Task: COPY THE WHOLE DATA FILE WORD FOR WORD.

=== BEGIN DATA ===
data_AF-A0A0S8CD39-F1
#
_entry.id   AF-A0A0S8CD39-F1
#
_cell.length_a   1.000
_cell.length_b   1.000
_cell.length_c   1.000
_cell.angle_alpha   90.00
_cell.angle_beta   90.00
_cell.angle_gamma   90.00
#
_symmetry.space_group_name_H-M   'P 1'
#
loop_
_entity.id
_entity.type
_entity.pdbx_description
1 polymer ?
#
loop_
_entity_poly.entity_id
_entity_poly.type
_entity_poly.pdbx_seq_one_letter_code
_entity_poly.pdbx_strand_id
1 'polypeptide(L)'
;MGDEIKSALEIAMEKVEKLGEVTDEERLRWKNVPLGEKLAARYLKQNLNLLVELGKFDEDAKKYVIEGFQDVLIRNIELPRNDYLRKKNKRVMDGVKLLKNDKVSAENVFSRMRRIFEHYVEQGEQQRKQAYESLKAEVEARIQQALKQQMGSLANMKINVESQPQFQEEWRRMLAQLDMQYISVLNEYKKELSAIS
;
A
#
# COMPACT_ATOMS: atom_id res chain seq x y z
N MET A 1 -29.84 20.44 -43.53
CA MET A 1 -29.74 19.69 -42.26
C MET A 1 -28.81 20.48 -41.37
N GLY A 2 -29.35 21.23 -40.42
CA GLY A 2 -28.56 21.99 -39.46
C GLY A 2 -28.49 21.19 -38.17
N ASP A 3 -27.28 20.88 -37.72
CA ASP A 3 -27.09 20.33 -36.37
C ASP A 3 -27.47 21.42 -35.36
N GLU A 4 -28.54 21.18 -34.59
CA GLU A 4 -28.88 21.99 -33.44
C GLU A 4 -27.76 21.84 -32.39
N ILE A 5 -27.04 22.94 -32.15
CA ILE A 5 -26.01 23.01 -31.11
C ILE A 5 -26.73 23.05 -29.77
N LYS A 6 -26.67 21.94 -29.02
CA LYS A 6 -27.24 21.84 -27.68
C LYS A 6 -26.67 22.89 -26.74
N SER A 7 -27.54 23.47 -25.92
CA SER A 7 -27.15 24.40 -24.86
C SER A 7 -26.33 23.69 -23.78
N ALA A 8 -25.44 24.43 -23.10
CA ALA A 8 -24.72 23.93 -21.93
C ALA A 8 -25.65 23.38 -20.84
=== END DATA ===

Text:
data_AF-A0A0S8CD39-F1
#
_entry.id   AF-A0A0S8CD39-F1
#
_cell.length_a   1.000
_cell.length_b   1.000
_cell.length_c   1.000
_cell.angle_alpha   90.00
_cell.angle_beta   90.00
_cell.angle_gamma   90.00
#
_symmetry.space_group_name_H-M   'P 1'
#
loop_
_entity.id
_entity.type
_entity.pdbx_description
1 polymer ?
#
loop_
_entity_poly.entity_id
_entity_poly.type
_entity_poly.pdbx_seq_one_letter_code
_entity_poly.pdbx_strand_id
1 'polypeptide(L)'
;MGDEIKSALEIAMEKVEKLGEVTDEERLRWKNVPLGEKLAARYLKQNLNLLVELGKFDEDAKKYVIEGFQDVLIRNIELPRNDYLRKKNKRVMDGVKLLKNDKVSAENVFSRMRRIFEHYVEQGEQQRKQAYESLKAEVEARIQQALKQQMGSLANMKINVESQPQFQEEWRRMLAQLDMQYISVLNEYKKELSAIS
;
A
#
# COMPACT_ATOMS: atom_id res chain seq x y z
N MET A 1 -29.84 20.44 -43.53
CA MET A 1 -29.74 19.69 -42.26
C MET A 1 -28.81 20.48 -41.37
N GLY A 2 -29.35 21.23 -40.42
CA GLY A 2 -28.56 21.99 -39.46
C GLY A 2 -28.49 21.19 -38.17
N ASP A 3 -27.28 20.88 -37.72
CA ASP A 3 -27.09 20.33 -36.37
C ASP A 3 -27.47 21.42 -35.36
N GLU A 4 -28.54 21.18 -34.59
CA GLU A 4 -28.88 21.99 -33.44
C GLU A 4 -27.76 21.84 -32.39
N ILE A 5 -27.04 22.94 -32.15
CA ILE A 5 -26.01 23.01 -31.11
C ILE A 5 -26.73 23.05 -29.77
N LYS A 6 -26.67 21.94 -29.02
CA LYS A 6 -27.24 21.84 -27.68
C LYS A 6 -26.67 22.89 -26.74
N SER A 7 -27.54 23.47 -25.92
CA SER A 7 -27.15 24.40 -24.86
C SER A 7 -26.33 23.69 -23.78
N ALA A 8 -25.44 24.43 -23.10
CA ALA A 8 -24.72 23.93 -21.93
C ALA A 8 -25.65 23.38 -20.84